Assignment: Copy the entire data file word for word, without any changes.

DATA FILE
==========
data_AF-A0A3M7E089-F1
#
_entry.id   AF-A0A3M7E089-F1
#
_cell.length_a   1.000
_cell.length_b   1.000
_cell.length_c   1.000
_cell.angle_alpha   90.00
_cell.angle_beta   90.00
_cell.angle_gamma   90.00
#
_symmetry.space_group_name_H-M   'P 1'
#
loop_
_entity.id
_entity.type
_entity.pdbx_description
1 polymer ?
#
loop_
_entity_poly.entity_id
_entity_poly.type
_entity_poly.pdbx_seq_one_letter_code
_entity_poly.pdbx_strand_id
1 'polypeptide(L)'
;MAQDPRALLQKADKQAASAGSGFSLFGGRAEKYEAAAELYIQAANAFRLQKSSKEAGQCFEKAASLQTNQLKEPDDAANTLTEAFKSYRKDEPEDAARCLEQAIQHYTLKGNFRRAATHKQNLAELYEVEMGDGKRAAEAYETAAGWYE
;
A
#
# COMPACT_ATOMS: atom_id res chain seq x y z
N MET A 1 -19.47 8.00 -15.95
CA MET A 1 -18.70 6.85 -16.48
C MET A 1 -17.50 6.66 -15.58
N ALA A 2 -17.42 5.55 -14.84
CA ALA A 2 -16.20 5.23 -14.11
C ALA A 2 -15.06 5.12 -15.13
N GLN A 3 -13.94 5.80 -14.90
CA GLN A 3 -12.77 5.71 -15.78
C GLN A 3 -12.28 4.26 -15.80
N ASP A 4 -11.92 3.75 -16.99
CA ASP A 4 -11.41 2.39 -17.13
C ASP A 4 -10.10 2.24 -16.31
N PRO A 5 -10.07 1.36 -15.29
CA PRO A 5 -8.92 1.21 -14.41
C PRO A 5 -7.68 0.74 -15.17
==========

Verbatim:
data_AF-A0A3M7E089-F1
#
_entry.id   AF-A0A3M7E089-F1
#
_cell.length_a   1.000
_cell.length_b   1.000
_cell.length_c   1.000
_cell.angle_alpha   90.00
_cell.angle_beta   90.00
_cell.angle_gamma   90.00
#
_symmetry.space_group_name_H-M   'P 1'
#
loop_
_entity.id
_entity.type
_entity.pdbx_description
1 polymer ?
#
loop_
_entity_poly.entity_id
_entity_poly.type
_entity_poly.pdbx_seq_one_letter_code
_entity_poly.pdbx_strand_id
1 'polypeptide(L)'
;MAQDPRALLQKADKQAASAGSGFSLFGGRAEKYEAAAELYIQAANAFRLQKSSKEAGQCFEKAASLQTNQLKEPDDAANTLTEAFKSYRKDEPEDAARCLEQAIQHYTLKGNFRRAATHKQNLAELYEVEMGDGKRAAEAYETAAGWYE
;
A
#
# COMPACT_ATOMS: atom_id res chain seq x y z
N MET A 1 -19.47 8.00 -15.95
CA MET A 1 -18.70 6.85 -16.48
C MET A 1 -17.50 6.66 -15.58
N ALA A 2 -17.42 5.55 -14.84
CA ALA A 2 -16.20 5.23 -14.11
C ALA A 2 -15.06 5.12 -15.13
N GLN A 3 -13.94 5.80 -14.90
CA GLN A 3 -12.77 5.71 -15.78
C GLN A 3 -12.28 4.26 -15.80
N ASP A 4 -11.92 3.75 -16.99
CA ASP A 4 -11.41 2.39 -17.13
C ASP A 4 -10.10 2.24 -16.31
N PRO A 5 -10.07 1.36 -15.29
CA PRO A 5 -8.92 1.21 -14.41
C PRO A 5 -7.68 0.74 -15.17